After public outcry, Netanyahu backtracks on immunity bill

Israeli Prime Minister Benjamin Netanyahu has asked lawmakers to redraft a bill that would protect him from indictments made by police against him after the public protested the move, according to Haaretz.

Netanyahu announced yesterday that he has requested a new draft to be made such that the bill will not apply to the ongoing investigations against him. The change came a day after tens of thousands of people marched in Tel Aviv against the bill and government corruption.

Last Monday, the Israeli parliament had passed, in a first vote, the bill that would bar police from recommending whether charges should be filed against public officials. Critics subsequently slammed the move as a transparent attempt to shield Netanyahu from investigation.

The prime minister took to Facebook to clarify his position on the issue, stating that while he agreed with the bill, it would not apply to the current cases.

“Unfortunately, the debate over the recommendations bill has turned into a political weapon against an elected government.”

“It is obvious anyway that the police recommendations in my case are meaningless. It seems they were decided on at the start of the investigation, leaked throughout, and haven’t changed despite the clear facts presented time and time again – proving there was nothing,” he added.

Read: Corruption in Israel is not just an Israeli issue

The prime minister has been the subject of two corruption scandals, dubbed Case 1000 and Case 2000, in relation to which he was questioned for the sixth time last week.

Case 1000 involves allegations that the prime minister and his wife accepted illegal gifts from prominent Israeli businessmen. Days ago, evidence from Australian billionaire James Packer confirmed Israel Police suspicions, further cementing the accusations against the Netanyahus, proving that the gifts were not given freely by friends as they had claimed.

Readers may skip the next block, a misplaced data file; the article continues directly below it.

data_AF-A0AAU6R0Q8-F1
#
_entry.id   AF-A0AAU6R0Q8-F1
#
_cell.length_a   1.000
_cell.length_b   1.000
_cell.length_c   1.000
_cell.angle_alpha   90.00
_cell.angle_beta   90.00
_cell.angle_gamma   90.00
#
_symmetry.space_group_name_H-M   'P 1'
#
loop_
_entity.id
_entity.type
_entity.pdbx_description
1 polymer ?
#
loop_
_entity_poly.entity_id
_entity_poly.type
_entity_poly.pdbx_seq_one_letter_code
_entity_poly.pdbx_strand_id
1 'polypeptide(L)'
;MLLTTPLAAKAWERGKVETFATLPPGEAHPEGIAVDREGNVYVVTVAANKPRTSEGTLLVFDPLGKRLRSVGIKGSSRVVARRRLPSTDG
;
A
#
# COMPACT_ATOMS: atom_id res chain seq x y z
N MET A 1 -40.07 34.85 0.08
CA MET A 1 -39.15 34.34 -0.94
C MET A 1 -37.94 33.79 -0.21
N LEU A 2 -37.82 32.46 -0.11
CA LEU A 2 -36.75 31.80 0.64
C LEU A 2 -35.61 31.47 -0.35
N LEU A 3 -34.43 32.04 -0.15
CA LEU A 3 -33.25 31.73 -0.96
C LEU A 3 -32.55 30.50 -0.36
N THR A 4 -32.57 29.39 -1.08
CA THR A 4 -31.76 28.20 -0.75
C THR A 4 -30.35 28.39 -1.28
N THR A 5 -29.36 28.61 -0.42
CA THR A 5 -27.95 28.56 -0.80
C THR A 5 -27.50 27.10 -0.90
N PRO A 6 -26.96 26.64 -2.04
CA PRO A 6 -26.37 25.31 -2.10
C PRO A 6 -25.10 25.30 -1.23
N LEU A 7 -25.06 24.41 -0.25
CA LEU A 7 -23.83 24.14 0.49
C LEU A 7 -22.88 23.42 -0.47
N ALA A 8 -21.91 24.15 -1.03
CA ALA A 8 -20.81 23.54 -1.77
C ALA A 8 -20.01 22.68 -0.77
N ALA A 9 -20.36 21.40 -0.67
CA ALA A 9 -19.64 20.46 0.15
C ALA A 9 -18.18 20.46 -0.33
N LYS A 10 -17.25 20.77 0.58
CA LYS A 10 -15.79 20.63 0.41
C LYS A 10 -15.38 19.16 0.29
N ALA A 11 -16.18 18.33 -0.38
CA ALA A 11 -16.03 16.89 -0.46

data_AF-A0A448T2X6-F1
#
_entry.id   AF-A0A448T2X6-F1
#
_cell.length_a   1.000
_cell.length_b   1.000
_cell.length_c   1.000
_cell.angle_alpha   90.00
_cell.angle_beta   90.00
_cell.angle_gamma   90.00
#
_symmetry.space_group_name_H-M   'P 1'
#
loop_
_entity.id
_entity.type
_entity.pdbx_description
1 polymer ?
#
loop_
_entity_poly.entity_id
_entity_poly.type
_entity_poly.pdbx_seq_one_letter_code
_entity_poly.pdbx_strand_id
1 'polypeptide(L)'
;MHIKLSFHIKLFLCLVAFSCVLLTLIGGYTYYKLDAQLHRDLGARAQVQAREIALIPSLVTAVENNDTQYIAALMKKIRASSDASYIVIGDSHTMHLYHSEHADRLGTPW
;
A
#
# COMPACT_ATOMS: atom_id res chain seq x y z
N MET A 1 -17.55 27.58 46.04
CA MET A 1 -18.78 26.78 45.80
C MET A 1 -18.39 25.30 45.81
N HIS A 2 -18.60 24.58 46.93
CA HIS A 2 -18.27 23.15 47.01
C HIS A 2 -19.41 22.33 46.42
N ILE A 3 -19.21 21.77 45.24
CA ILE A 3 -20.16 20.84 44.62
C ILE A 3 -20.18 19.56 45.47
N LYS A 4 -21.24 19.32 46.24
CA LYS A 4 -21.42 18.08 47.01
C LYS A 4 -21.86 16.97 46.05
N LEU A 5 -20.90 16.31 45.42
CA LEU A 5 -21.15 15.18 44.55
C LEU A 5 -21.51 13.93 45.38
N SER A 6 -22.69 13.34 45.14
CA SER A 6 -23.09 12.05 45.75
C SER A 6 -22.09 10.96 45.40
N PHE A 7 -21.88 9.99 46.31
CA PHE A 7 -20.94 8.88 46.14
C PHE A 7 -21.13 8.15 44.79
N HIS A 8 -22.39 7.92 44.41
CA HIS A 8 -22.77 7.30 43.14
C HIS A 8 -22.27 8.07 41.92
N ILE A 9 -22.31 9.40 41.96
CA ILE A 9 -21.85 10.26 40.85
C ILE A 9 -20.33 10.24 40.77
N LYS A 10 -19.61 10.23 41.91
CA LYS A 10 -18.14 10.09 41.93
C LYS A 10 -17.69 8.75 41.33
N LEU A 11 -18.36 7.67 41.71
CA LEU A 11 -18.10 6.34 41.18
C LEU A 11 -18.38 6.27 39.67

Case 2000 accuses the prime minister of attempting to buy favourable newspaper coverage with Arnon Mozes, the publisher of the mass-circulation daily Yedioth Ahronoth. It is alleged that Netanyahu tried to negotiate a deal with Mozes, offering legislation that would impede the activities of Mozes’ rival paper, Israel Hayom, in return for more favourable media coverage of the prime minister and his policies.

Netanyahu has also been questioned in regards to two other investigations: Case 3000, also known as the “submarine scandal”, albeit not as a suspect, and Case 4000, in which one of his close associates is suspected of providing confidential information to Israel’s largest telecoms company.

Netanyahu is not the first Israeli leader to face criminal investigation; former Prime Minister Ehud Olmert was convicted of breach of trust and bribery in 2014, serving 16 months of a 27-month term, and Ariel Sharon was questioned while in office over allegations of bribery and campaign financing illegalities.

Read: Netanyahu calls for Azaria to be pardoned